With over 30 years of experience working with hundreds of athletes, here are my 5 tips for running a successful speed session.
#1 Warm Up for the Day
It is important to make sure athletes are warmed up in all planes of motion and levels for each workout. If you really want to optimize the workout, put an emphasis on warming up patterns similar to how the athletes will be asked to train today. For example: When primarily focusing on a lateral day, the warm-up should have lots of focus on abduction, adduction, internal and external rotation, pronation, supination, and frontal plane core warm-up to name a few. Make sure you do sagittal plane work, but it is a MUST to hit the parts of the body that are being called into action the most.
#2 Get a Reaction
Sorry! We are doing it wrong. The profession is missing this all-important factor about the nervous system and the engagement of the athletes. Athletes want to compete. This is ultimately why they come to us, to play sports and to get better at them. I start all workouts out, after the warm up, with a Tier 1, Tier 2, or Tier 3 Reactive Speed Pattern.
These simply mean the athletes are going to reactive to either a coach’s command, a partner’s action, or a signal. This instantly puts the athletes in a state of mind to move with urgency. Even if the drill is not designed for 100% effort. Plus, we see what kind of movers we have on this day. The athletes might be sluggish, out of sync, stiff in the hips, etc. By making them react we can quickly see compensations or pattern dysfunction and know exactly what to address that day.
#3 Plan a Path for Correctives
Tip #2 made it clear that we need the Reactive Tier System to immediately get our athletes in a fired-up state of mind and assess their movement quality for the day. If we take our job seriously, then we have already planned the workout and have the patterns we will be teaching for the day down.
This means we should have a list of correctives we will use to “fix” the dysfunctional patters, or at least reinforce the good patterns. For example: If today is a short linear acceleration day, then the athletes will perform a Tier 1 reactive drill. We might see poor knee and arm drive, poor posture, and maybe a group of athlete lacking hard “pushing/drive”, therefore we will have correctives that will work on knee and arm drive, posture, and we can implement band resisted acceleration to force greater pushing down and back. Therefore, the athletes needing the correctives will be assigned proper “corrections” while the athletes performing well, will be assigned greater repetitions and reinforced patterning. It is kind of like being a 94% foul shooter, but still needing to practice every day.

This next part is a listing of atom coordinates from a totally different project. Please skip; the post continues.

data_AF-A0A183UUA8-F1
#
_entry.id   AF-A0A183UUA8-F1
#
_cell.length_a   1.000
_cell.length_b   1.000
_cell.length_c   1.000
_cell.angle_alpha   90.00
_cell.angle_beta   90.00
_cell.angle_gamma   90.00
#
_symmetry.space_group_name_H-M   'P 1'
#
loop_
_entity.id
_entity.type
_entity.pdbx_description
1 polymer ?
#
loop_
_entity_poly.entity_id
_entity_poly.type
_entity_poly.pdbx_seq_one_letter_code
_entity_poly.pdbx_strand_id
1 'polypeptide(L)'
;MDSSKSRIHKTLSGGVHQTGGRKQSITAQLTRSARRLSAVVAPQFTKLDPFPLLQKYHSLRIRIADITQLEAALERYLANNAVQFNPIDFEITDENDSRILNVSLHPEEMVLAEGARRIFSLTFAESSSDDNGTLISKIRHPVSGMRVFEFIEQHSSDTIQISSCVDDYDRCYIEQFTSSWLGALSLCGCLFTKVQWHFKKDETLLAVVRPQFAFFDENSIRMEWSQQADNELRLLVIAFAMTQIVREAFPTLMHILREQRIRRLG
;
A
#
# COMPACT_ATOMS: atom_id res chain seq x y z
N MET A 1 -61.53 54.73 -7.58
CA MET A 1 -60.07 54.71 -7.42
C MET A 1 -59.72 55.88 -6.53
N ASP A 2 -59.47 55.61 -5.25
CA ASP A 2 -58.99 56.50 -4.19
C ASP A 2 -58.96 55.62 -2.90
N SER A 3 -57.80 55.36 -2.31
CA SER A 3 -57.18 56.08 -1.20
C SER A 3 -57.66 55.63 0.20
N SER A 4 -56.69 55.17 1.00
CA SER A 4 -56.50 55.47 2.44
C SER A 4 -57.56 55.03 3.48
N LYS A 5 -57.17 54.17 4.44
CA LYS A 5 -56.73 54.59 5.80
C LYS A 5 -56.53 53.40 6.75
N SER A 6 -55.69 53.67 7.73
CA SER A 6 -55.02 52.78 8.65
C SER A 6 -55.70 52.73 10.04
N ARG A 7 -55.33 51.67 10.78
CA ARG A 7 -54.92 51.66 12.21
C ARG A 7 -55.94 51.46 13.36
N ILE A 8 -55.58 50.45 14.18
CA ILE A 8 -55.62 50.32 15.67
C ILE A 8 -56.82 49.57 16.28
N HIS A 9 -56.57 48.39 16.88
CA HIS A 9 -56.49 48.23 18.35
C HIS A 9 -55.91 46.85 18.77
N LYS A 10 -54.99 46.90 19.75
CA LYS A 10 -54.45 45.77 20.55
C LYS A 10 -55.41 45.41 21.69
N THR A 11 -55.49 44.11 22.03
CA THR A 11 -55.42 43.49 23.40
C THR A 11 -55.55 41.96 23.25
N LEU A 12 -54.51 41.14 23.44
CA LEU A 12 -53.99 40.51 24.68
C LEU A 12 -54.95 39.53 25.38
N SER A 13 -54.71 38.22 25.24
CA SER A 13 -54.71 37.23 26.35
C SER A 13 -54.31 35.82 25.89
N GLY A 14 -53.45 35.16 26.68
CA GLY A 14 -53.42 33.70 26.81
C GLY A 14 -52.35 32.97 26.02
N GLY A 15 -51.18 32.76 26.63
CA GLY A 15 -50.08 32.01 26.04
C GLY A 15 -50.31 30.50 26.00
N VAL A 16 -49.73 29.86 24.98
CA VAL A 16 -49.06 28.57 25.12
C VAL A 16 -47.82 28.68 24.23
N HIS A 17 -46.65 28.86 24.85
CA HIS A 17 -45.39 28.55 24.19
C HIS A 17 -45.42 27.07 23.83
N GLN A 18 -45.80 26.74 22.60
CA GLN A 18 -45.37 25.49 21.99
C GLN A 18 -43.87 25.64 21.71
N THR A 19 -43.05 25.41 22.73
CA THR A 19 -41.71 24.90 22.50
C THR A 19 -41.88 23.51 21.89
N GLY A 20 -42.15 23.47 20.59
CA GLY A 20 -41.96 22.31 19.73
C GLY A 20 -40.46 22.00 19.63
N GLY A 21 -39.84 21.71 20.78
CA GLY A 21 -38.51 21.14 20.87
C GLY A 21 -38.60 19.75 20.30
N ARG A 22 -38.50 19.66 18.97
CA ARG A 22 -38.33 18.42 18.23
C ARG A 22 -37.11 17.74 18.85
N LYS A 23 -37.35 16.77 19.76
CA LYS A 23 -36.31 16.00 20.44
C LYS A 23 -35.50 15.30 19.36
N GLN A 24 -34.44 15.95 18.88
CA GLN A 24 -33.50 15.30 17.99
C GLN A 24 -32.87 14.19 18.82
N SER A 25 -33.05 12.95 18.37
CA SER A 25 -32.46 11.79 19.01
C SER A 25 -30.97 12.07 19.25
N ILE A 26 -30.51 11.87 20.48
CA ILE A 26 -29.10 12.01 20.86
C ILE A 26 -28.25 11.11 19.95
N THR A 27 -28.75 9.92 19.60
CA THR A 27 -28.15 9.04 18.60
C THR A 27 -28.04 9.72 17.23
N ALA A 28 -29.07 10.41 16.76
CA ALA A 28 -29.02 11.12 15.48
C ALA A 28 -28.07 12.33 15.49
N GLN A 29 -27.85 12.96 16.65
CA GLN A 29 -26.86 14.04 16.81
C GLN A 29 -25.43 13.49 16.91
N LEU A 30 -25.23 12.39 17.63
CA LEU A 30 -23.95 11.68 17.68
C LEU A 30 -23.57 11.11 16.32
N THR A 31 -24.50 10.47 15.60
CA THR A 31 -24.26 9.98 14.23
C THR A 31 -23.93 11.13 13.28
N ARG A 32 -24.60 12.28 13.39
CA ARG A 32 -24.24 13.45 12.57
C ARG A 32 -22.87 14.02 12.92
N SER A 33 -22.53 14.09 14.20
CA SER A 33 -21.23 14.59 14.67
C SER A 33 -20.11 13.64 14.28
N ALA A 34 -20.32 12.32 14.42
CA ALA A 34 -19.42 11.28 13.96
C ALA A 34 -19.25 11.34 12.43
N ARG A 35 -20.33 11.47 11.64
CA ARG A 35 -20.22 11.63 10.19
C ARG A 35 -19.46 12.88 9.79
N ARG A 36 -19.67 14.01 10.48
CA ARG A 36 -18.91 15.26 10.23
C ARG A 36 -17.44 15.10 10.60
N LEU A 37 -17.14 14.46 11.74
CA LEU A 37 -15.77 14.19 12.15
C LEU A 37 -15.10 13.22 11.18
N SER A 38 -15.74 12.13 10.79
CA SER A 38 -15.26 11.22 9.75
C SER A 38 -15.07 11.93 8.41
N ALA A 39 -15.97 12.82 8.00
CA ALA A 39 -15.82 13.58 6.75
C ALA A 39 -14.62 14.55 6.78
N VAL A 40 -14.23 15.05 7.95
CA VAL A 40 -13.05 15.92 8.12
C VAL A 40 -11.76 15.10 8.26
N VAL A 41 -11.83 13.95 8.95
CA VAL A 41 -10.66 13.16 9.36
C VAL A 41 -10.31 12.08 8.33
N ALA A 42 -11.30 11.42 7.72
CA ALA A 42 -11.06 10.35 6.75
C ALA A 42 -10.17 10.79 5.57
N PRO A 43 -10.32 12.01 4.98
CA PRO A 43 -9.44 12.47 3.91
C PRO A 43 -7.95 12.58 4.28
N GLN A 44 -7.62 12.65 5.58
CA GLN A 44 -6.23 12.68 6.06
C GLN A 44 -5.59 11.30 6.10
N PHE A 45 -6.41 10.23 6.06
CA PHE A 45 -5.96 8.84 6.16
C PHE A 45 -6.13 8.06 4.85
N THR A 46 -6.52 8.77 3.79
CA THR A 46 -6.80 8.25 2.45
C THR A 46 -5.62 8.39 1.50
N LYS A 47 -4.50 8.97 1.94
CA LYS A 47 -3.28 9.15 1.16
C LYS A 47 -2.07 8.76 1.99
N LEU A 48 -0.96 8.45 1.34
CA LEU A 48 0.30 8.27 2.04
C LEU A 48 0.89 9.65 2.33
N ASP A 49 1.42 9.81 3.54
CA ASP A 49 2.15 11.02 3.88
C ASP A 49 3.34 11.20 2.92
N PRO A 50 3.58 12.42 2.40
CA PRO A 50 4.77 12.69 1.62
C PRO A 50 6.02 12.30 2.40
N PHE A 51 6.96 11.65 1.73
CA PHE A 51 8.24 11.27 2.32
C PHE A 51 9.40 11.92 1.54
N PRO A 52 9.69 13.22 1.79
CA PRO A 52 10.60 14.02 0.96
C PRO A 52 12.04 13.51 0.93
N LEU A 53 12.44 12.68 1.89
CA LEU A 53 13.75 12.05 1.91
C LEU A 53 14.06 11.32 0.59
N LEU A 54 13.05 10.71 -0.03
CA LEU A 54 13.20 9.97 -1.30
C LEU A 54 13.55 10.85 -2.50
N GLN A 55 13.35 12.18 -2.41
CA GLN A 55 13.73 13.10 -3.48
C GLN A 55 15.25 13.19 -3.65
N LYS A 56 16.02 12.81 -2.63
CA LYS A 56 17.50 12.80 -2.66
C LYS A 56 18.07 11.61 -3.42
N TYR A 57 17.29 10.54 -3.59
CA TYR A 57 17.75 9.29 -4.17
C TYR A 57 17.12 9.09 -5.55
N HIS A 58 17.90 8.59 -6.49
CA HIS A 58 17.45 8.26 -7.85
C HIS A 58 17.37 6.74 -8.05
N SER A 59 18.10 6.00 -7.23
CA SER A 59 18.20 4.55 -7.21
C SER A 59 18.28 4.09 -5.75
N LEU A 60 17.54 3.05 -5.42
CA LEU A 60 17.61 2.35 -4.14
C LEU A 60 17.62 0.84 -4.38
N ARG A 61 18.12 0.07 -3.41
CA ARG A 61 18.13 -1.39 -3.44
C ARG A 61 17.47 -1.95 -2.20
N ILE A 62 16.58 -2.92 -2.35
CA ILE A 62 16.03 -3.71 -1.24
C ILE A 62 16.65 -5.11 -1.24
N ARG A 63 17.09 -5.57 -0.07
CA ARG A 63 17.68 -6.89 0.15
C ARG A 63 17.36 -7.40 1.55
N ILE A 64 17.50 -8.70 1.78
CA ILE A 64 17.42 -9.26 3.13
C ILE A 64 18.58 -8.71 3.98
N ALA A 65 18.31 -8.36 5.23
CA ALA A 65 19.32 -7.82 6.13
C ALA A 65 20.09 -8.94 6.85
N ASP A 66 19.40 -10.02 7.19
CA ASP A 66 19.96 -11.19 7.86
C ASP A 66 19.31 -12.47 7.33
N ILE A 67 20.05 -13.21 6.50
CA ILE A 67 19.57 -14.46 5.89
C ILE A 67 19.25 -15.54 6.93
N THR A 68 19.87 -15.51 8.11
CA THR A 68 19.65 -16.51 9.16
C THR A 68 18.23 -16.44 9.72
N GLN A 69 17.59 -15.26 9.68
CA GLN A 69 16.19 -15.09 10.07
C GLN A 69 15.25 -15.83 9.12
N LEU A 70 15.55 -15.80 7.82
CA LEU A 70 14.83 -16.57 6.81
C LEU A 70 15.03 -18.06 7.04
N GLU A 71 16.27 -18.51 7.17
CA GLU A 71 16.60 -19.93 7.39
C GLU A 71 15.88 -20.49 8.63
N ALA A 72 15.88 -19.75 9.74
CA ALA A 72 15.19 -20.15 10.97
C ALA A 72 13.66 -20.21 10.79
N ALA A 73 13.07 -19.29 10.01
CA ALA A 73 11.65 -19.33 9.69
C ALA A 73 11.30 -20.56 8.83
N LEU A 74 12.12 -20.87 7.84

#4 Spend Most of Your Time Coaching Effort
Assuming you want your athletes to have success with speed training, then they must show great effort all the time or the skills will look less than optimal. Effort improves posture used to drive down and back during acceleration, or straight down to jump vertically. Effort can clean up poor pattern simply because action reaction forces are improved, and positive lines of power are now generated. Effort is key!
#5 Drive Patterns or Actions Through Drills You Choose
If you want to see an action such as a Plyo Step, Hip Turn, Directional Step, or Glide Step, then the key is to drive these patterns or actions through the drills you choose. Do not become too wordy and try to teach these patterns. Simply, force the athlete to perform the skill based on the drill used.
For example: When you want the athlete to perform a Hip Turn, stand behind the athlete and ask them to get into an athletic stance. On the word “GO”, the athlete turns around and attempts to catch the tennis ball you drop by your side before it bounces two times. This is an example of a Tier-1 Reactive Drill. It forces a fight or flight response to escape the current space the athlete is occupying and start accelerating. If you want to have the athlete work on the Direction Step, simply practice a base stealing action. Just make they go hard, and the pattern will solidify.
Whenever athletes have major dysfunction during speed pattern execution, you simply start with the whole skill and slowly peel away one layer at a time with correctives, trying to stay as close to the whole skill as possible, until you find a corrective that scratches the itch.
We don’t progress multi-directional speed, we regress it when correcting it. Always start and end with the whole to be fair and consistent with the nervous system motor programming of that skill.
Be an Ambassador of Speed